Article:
Cinefamily is running a month long Coffin Joe (Jose Mojica Marins) retrospective, and I've seen two: "At Midnight I Will Take Your Soul" and a documentary about Marins called "Damned: The Strange World of Jose Mojica Marins." Next Friday are the big ones, though: "Awakening the Beast" and "Finis Hominis." I will report back on both.
If you haven't seen anything by Marins (I hadn't come three weeks ago), here's a trailer for the whole Cinefamily series:
Followed by a trailer for "At Midnight."
The craziest, scariest thing about "At Midnight" is how much of a normal guy Coffin Joe actually is. Based on all of this footage, he seems like a fantastical, spiritually threatening kind of character. On the contrary, he's absolutely nihilistic, atheistic and very, very grounded in the flesh and blood -- and this is scary as hell. He walks into a bar, plays some cards, gets in a tiff with one of the guys, and ends it by breaking a bottle and gouging the guy's finger off. And when he does this, he seem to know that that finger is all you have. He has it in his eyes: you're only your body and he's depriving you of it.
Then a strange thing happens: spirits actually do come back and take Coffin Joe's soul. It is thoroughly horrifying and weirdly moralizing. Is Marins saying we do in fact have souls to take? Is he saying Coffin Joe is wrong? Is he saying that both are correct? He's surely not endorsing religion in any way, but maybe he's moving toward some kind of middle ground where the blood is the soul ... or something like that. Either way, it seems like an extremely negative ending that reinforces a dual nihilism: if you're a spiritual and superstitious layman, Coffin Joe will be there to make your life miserable and bury your corpse (he's an undertaker). If you're Coffin Joe, though, the spirits will get you in the end. Either way, you're dead.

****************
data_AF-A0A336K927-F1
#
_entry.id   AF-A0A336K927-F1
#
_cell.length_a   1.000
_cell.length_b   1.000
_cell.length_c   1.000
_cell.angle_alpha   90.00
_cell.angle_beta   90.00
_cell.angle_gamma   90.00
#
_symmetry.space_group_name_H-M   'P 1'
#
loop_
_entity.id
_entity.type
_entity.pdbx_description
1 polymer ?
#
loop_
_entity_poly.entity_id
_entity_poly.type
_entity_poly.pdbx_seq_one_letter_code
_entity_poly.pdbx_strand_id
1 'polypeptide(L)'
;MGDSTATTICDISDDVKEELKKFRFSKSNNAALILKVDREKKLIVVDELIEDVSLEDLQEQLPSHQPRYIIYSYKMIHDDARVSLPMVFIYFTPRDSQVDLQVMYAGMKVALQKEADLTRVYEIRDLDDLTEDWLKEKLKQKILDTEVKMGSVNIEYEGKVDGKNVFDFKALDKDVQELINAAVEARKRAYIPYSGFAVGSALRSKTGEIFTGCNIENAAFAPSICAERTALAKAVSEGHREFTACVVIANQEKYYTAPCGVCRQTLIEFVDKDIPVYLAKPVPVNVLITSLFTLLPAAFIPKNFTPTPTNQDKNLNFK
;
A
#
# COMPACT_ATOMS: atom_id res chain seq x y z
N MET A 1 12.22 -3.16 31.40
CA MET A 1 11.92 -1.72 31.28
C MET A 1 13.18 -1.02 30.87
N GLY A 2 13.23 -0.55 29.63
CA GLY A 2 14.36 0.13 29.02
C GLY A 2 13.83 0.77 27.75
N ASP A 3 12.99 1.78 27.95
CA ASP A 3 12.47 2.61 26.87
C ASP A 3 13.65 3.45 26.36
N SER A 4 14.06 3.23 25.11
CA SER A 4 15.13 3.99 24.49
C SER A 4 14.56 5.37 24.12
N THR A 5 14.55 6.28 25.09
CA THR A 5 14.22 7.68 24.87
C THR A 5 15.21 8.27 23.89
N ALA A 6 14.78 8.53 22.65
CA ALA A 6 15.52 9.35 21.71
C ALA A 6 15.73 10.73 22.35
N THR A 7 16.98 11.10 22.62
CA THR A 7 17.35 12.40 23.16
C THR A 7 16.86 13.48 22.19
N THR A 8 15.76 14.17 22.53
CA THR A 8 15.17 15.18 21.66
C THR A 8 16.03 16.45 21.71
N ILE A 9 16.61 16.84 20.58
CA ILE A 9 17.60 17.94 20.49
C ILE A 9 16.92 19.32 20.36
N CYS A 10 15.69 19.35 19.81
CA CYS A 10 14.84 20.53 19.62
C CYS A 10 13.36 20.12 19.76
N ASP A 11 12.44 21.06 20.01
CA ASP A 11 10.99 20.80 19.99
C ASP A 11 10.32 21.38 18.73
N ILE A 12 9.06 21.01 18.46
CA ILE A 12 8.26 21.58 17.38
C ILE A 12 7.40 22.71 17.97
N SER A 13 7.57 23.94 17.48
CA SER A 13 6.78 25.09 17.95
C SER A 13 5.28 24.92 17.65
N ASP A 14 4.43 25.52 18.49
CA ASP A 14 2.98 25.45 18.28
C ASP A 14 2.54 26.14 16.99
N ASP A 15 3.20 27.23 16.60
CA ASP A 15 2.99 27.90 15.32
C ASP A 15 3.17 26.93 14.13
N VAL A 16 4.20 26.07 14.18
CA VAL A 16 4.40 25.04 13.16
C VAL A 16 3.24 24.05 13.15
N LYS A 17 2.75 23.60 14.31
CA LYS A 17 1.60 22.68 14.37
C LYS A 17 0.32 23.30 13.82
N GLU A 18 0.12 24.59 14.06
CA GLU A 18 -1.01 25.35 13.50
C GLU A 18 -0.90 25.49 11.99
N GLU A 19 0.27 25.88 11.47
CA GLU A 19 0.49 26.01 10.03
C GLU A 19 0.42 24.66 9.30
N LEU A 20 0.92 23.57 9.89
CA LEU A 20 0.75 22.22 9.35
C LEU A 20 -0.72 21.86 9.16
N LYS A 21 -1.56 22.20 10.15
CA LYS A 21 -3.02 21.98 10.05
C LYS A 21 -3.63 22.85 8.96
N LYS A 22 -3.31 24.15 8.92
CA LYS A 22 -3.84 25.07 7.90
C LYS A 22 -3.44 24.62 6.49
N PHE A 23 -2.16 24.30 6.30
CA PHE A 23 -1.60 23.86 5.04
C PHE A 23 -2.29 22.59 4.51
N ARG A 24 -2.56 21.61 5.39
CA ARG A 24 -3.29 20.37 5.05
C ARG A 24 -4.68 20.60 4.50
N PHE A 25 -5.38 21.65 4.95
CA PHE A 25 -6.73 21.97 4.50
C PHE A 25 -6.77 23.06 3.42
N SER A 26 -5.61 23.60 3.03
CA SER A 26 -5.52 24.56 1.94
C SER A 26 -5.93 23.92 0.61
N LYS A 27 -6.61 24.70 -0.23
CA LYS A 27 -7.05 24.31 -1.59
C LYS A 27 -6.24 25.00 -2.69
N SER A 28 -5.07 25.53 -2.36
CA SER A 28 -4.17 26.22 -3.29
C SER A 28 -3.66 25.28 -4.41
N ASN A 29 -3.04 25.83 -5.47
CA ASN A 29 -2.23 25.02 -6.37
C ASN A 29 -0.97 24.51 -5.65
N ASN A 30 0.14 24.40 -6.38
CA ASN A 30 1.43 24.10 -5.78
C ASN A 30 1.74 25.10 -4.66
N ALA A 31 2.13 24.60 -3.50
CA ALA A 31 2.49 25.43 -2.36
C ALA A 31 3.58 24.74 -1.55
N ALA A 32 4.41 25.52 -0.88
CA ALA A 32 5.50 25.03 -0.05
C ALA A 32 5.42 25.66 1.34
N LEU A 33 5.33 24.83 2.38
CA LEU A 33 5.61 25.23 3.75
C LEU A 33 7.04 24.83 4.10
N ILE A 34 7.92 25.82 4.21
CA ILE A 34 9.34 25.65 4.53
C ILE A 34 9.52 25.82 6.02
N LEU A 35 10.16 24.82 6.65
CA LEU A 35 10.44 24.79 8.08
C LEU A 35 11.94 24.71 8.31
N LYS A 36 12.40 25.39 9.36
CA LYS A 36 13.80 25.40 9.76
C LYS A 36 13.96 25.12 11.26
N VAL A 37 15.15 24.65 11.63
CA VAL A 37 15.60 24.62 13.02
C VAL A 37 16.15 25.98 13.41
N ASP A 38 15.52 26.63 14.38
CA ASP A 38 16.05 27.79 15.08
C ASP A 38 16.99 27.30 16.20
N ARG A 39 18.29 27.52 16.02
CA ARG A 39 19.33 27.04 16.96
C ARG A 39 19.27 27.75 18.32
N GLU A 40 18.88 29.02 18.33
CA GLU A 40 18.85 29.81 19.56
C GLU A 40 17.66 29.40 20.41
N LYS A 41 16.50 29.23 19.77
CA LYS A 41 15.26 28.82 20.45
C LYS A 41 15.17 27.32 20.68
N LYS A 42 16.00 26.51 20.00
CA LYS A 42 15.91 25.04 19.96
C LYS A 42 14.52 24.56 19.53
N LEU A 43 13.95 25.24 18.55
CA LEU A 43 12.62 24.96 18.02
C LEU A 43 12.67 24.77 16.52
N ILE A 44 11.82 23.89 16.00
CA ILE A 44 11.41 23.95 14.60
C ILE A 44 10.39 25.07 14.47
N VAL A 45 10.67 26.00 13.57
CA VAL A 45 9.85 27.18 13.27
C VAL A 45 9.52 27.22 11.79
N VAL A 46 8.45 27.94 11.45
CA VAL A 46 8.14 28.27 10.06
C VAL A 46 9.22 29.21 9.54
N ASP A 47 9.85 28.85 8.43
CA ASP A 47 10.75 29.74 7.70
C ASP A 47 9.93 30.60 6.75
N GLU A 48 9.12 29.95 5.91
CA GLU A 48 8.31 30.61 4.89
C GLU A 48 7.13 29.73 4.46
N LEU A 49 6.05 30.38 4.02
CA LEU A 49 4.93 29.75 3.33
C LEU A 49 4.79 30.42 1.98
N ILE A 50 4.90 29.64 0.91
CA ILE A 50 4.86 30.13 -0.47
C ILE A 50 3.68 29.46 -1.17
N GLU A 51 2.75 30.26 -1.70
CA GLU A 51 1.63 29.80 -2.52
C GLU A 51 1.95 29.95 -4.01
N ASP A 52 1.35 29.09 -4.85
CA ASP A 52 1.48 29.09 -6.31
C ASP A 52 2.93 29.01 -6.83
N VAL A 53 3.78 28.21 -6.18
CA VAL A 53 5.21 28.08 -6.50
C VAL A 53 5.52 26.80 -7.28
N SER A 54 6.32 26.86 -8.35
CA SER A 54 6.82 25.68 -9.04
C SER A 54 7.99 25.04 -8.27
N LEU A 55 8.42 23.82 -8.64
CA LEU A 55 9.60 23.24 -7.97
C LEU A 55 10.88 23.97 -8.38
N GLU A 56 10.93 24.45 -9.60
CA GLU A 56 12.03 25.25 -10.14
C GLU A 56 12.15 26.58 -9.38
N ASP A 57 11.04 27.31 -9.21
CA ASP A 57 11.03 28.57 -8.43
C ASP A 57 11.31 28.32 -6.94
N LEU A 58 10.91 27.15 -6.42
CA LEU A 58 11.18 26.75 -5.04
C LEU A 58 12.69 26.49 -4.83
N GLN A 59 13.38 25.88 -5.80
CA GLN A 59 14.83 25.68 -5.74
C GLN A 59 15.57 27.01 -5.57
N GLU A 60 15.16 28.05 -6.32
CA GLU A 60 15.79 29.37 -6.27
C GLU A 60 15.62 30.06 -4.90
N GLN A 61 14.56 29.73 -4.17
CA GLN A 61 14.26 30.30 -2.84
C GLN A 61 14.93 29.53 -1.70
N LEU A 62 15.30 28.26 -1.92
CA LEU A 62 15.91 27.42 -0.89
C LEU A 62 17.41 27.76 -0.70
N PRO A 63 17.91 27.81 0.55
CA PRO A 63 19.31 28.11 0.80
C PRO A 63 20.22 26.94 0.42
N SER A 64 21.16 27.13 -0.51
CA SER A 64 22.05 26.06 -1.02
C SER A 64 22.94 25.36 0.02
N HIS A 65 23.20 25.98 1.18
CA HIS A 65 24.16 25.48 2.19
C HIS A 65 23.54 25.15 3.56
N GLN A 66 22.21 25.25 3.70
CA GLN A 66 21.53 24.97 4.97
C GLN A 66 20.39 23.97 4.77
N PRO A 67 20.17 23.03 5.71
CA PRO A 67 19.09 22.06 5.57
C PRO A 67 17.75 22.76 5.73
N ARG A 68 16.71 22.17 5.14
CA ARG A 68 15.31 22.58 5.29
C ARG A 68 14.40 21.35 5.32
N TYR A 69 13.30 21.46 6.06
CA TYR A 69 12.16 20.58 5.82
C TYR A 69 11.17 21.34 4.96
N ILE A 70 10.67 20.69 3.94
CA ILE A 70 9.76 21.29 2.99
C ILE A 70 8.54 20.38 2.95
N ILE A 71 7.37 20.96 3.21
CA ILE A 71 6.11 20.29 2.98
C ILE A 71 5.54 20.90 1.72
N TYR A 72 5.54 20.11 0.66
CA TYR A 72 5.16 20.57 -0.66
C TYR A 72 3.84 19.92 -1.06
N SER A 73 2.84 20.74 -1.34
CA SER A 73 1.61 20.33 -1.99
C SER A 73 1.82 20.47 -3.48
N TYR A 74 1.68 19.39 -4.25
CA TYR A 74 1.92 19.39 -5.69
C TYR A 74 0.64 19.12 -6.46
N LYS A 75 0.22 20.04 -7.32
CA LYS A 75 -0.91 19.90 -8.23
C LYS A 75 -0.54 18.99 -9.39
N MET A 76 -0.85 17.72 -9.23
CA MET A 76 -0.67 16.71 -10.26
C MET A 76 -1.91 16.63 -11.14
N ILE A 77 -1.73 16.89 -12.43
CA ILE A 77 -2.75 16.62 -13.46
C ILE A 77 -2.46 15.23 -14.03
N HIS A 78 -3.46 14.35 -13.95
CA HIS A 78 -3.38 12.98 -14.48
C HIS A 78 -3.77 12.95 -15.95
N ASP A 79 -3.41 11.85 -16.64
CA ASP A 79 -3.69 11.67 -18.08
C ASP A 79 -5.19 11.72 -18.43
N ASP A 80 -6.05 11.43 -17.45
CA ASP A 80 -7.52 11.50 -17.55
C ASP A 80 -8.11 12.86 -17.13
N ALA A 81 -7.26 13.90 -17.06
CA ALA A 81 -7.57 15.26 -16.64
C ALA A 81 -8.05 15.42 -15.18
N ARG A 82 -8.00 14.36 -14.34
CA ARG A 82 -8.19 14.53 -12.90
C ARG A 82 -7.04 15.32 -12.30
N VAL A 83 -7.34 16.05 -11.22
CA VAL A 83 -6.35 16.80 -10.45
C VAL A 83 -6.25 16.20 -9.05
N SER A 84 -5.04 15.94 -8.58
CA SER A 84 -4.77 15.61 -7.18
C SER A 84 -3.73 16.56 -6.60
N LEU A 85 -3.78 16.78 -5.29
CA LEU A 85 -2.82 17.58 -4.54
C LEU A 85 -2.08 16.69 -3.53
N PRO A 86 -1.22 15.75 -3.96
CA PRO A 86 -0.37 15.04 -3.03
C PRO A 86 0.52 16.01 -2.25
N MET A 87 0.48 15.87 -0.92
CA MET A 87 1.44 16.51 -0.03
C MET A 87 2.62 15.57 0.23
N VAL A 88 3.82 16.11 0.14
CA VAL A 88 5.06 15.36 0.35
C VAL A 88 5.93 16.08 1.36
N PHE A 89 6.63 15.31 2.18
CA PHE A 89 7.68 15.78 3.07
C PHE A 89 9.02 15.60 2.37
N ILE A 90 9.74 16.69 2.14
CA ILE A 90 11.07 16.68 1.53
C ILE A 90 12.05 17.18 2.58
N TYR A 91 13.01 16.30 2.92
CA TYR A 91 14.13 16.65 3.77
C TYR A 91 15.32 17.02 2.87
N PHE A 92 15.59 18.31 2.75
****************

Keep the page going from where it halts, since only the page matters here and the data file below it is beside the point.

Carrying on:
Then I watched the documentary "Damned." Then my whole reading of the thing fell apart. And I'm having the hardest time picking up the pieces.
The documentary opens with an absolutely phenomenal scene when Coffin Joe was at the height of his fame. Dressed in full garb (cape and top hat), Marins "teaches" an "acting class" to an enormous auditorium of people. He tells them they are in a plane for the first time ... and it has lost power. It's plummeting toward the ground. Hundreds of people start shrieking and crying and shaking. Marins start screaming into the microphone: "You're going to hell!! Suffer! Suffer!" then, the capper, "You're in hell! You've died and you're in hell! Pain of the flesh!" Tears stream down cheeks, men clutch for safety, a woman collapses.
"Damned" chronicles Marins' career, and apparently "Awakening the Beast" got him banned by the Brazillian government for over two decades. Directly engaging the crime, perversion, and rampant drug use in the slums of Sao Paolo is enough to get very powerful people pissed off at you for a very long time. At this point he had a successful Hitchcock-format TV show, comic books, huge fame across multiple formats, and was never sober, so it's like if the Crypt Keeper got banned but was still engulfingly popular.